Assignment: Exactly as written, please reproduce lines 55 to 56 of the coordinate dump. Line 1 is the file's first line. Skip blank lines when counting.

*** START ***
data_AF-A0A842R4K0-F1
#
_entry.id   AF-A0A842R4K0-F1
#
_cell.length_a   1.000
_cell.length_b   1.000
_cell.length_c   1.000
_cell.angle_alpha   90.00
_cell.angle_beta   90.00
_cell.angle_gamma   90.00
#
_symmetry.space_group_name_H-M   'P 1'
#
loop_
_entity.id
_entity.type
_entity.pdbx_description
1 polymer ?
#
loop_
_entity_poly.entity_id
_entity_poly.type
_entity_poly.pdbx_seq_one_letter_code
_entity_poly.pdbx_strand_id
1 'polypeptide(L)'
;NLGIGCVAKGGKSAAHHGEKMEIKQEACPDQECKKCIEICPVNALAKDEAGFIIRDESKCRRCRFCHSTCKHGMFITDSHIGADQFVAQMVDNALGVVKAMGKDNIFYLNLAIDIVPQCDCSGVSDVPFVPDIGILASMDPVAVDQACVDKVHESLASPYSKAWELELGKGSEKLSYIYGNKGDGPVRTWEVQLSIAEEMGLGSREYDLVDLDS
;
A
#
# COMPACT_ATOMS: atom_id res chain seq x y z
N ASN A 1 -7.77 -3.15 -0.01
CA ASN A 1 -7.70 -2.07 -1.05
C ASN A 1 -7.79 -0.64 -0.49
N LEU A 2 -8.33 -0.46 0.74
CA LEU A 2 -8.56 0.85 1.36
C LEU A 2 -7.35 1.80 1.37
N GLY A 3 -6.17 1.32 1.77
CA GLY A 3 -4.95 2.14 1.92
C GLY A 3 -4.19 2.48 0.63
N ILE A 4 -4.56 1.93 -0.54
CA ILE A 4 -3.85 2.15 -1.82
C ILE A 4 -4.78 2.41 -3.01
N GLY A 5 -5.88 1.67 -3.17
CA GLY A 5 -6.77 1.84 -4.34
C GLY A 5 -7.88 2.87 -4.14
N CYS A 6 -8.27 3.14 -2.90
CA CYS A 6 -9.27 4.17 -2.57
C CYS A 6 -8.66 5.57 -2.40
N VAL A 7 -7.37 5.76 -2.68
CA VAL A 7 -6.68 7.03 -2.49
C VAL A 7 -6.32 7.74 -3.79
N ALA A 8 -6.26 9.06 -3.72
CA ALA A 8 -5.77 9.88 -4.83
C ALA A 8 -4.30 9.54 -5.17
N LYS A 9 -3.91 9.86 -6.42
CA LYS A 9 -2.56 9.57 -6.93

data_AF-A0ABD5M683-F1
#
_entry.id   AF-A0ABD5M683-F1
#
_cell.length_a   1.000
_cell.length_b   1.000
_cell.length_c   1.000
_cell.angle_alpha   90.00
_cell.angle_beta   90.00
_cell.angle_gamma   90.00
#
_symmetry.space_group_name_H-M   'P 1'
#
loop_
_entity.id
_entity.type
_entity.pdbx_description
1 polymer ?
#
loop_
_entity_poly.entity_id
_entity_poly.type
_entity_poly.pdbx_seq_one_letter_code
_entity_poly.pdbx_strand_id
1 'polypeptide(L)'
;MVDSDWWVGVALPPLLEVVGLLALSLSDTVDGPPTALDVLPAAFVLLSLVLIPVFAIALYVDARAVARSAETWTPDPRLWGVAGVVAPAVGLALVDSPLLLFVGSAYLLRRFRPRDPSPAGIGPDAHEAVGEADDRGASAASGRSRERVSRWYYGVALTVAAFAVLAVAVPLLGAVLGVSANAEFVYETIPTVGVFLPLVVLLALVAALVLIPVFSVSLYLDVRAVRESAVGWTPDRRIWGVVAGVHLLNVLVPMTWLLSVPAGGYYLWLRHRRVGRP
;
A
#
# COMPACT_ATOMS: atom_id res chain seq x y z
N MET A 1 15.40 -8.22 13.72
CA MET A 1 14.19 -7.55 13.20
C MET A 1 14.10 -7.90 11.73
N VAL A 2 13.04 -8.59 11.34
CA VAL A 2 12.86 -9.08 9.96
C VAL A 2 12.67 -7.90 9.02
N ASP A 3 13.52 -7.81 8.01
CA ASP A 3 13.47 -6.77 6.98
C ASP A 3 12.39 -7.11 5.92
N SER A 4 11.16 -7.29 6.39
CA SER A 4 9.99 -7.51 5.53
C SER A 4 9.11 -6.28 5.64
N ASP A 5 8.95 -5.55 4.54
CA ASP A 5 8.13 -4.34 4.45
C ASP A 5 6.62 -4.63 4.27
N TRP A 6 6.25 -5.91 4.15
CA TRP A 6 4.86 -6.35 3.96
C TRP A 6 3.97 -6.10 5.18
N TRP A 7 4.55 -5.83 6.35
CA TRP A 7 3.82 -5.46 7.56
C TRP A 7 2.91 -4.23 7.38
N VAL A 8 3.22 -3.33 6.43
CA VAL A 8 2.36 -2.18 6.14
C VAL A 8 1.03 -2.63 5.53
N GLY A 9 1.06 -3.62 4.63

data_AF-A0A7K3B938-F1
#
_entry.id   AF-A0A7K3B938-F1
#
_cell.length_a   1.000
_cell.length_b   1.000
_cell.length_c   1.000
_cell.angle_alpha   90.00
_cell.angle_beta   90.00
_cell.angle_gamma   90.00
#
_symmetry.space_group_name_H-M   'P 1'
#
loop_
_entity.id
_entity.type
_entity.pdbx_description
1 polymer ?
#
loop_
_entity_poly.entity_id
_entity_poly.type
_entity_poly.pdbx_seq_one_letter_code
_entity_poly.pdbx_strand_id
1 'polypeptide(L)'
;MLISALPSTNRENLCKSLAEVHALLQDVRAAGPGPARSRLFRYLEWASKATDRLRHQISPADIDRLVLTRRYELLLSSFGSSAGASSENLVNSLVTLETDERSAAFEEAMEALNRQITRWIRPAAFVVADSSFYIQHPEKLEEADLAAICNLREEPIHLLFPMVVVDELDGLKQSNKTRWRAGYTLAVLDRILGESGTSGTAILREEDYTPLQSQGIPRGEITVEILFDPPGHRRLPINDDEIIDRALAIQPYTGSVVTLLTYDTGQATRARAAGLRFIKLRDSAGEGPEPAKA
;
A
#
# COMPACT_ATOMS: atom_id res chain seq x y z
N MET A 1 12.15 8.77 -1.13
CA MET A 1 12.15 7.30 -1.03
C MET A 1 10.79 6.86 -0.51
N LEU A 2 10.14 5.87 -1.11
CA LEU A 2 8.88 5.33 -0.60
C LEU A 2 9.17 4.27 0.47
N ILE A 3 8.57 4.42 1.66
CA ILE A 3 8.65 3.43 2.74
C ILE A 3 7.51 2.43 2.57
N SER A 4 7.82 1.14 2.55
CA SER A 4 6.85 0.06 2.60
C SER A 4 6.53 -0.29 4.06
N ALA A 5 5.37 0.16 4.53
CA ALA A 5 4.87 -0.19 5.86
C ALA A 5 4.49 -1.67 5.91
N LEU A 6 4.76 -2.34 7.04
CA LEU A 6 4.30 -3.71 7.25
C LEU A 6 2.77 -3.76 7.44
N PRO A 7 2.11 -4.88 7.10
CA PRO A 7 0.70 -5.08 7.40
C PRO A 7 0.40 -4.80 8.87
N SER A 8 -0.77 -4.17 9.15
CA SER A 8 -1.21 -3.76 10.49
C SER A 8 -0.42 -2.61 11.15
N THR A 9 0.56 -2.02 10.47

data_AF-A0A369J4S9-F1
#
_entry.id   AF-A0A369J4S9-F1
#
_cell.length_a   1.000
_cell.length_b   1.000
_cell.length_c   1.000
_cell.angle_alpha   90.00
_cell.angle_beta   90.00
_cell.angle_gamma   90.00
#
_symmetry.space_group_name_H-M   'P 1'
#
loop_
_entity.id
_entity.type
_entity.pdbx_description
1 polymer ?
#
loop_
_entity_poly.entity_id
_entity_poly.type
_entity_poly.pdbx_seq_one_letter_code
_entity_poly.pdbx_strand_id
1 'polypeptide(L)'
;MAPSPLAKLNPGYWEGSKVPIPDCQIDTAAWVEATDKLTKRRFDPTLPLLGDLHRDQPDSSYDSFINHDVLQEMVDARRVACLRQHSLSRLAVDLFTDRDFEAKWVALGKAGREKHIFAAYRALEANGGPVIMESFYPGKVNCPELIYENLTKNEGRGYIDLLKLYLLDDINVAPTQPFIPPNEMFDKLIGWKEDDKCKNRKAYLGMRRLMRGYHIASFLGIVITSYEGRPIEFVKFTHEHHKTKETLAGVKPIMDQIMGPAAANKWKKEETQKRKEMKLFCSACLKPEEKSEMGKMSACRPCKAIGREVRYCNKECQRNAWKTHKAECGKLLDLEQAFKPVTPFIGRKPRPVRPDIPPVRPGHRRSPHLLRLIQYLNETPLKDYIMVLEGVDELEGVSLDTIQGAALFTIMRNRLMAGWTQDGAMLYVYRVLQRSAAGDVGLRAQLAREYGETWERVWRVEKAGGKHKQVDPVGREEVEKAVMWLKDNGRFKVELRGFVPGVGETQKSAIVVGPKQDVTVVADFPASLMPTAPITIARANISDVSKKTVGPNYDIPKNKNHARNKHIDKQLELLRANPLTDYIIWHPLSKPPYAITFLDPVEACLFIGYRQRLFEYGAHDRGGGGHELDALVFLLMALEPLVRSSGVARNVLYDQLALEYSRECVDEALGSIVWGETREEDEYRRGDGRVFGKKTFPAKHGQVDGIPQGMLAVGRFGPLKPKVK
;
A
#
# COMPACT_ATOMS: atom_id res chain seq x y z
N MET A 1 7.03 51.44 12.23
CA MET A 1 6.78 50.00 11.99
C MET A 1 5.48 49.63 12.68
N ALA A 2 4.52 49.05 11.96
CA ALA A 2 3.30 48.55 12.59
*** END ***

N LYS A 9 -3.91 9.86 -6.42
CA LYS A 9 -2.56 9.57 -6.93